The volume of meat and dairy product manufacturing rose in the December 2018 quarter, Stats NZ said today.

After adjusting for seasonal effects, the volume of total manufacturing sales rose 2.0 percent in the December quarter. A 4.0 percent boost in meat and dairy product manufacturing led the rise.

“The meat and dairy industry rebounded after a strong fall in the September quarter,” manufacturing statistics manager Sue Chapman said. . . 

If there’s no water what’s the point? Female farmers in Arizona – Debbie Weingarten and Audra Malkern:

By 9am, it’s already 100F (38C). In the desert afternoons, rain gathers on the horizon, teasing – and then it disappears. There is so much heaviness, so much waiting.

I pulled on to the ranch of Anastasia Rabin with Audra Mulkern, a Washington-based photographer and founder of the Female Farmer Project. We were on assignment for a story and chasing a statistic: according to the most recent US census, Arizona is the state with the highest proportion of female farm operators.

Despite the fact that women have always farmed, they have been left out of our agricultural narrative. An incomplete story has real consequences: women have been left off land titles and bank documents; they have been denied federal loans and training opportunities; and until the 1982 census of agriculture, female farmers were not counted at all. . .

LIC officially opens upgraded facility in Manawatu:

LIC’s semen processing centre in the Manawatu was officially opened this week following an injection of more than $1 million to upgrade the facilities.

LIC, a herd improvement and agritech co-operative, is the country’s largest supplier of artificial breeding (AB) services and dairy genetics.

The refurbishment will enable the dairy farmer-owned co-operative to enhance its export capabilities and use the centre as a back up to its main facilities in Hamilton if required. . . 

Cheaper to travel to Japan than stream the Rugby World Cup:

It will be cheaper for communities in some remote areas of New Zealand to travel to Japan than it will be to stream the Rugby World Cup later this year.

Tim Johnson, CEO of Gravity – New Zealand’s only dedicated satellite broadband provider – says that apart from the challenges of doing homework and running a business in remote areas, capped broadband data rates would make it cheaper for some Kiwi’s to fly to Japan than it would to stream the Rugby World Cup later this year.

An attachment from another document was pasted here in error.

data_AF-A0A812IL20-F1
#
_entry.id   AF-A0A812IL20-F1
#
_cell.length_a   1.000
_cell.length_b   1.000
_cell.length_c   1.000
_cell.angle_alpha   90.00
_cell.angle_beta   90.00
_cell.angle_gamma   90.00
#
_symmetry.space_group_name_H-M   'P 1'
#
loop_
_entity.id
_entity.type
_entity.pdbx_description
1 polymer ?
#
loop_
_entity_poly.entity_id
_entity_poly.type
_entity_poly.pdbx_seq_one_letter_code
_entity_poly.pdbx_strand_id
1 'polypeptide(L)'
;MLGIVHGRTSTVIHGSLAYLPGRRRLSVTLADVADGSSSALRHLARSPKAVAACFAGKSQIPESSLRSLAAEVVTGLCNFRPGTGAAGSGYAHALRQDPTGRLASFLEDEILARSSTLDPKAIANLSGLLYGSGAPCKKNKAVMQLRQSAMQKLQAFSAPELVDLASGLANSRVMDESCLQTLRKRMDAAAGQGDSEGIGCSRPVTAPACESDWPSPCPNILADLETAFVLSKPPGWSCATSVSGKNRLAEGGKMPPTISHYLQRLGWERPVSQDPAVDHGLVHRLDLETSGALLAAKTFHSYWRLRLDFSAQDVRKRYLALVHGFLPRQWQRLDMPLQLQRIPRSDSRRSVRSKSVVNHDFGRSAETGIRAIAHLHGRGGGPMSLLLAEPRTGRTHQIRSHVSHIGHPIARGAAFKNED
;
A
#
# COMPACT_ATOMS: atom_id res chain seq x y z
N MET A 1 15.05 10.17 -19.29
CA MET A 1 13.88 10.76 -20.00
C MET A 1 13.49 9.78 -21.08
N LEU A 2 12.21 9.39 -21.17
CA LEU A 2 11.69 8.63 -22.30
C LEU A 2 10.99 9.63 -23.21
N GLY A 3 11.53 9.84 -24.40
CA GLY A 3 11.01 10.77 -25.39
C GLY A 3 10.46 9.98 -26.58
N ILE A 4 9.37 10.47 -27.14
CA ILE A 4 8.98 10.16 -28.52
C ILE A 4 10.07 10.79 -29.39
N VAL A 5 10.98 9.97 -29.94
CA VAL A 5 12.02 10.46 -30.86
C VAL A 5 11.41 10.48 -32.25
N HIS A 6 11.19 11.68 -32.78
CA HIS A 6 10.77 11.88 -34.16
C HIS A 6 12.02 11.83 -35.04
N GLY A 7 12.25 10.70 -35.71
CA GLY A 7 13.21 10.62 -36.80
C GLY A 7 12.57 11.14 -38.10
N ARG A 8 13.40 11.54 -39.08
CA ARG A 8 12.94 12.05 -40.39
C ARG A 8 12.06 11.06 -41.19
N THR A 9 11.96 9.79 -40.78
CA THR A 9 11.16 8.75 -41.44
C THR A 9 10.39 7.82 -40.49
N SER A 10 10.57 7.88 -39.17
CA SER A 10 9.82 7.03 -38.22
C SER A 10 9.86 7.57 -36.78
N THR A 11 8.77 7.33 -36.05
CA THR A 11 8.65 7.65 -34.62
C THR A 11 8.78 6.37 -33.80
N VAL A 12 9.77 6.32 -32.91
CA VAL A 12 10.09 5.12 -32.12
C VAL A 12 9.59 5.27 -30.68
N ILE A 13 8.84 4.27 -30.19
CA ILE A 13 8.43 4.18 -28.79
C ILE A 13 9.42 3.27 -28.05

For Gravity Internet, who has as one of its shareholders former All Black Andrew ‘Andy’ Ellis, that scenario was intolerable. . . 


Who gets money from All Blacks’ tours?

October 4, 2018

All Blacks’ fans will be paying a high price for World Cup tickets.

Ticket prices for the All Blacks’ pool matches range between $536 for category A down to $134 for category D for the pool opener against South Africa, as well as the matches against Namibia and Italy. The contest against the repechage winner is slightly discounted at between $402 and $93.

Category A tickets comprise the bulk of the main stands running pitchside, while category D is essentially immediately behind the in-goal area.

The quarterfinals are priced the same as the All Blacks’ pool match against South Africa at between $536 and $134, while the semifinals will require you to fork out $938 for a category A tickets and the final $1340. . .

That final price tag is still less than we were quoted for tickets to the All Blacks vs Pumas in Argentina last year.

The first quote came back at several thousands dollars including accommodation in a five-star hotel.

We didn’t need five-star accommodation. The next price for a more modest hotel was still eye-watering.

I suggested another hotel where someone in our group already had a booking so we knew the price. When we subtracted the hotel from the quote that came back we would still have been paying around $1500 for a ticket to the game.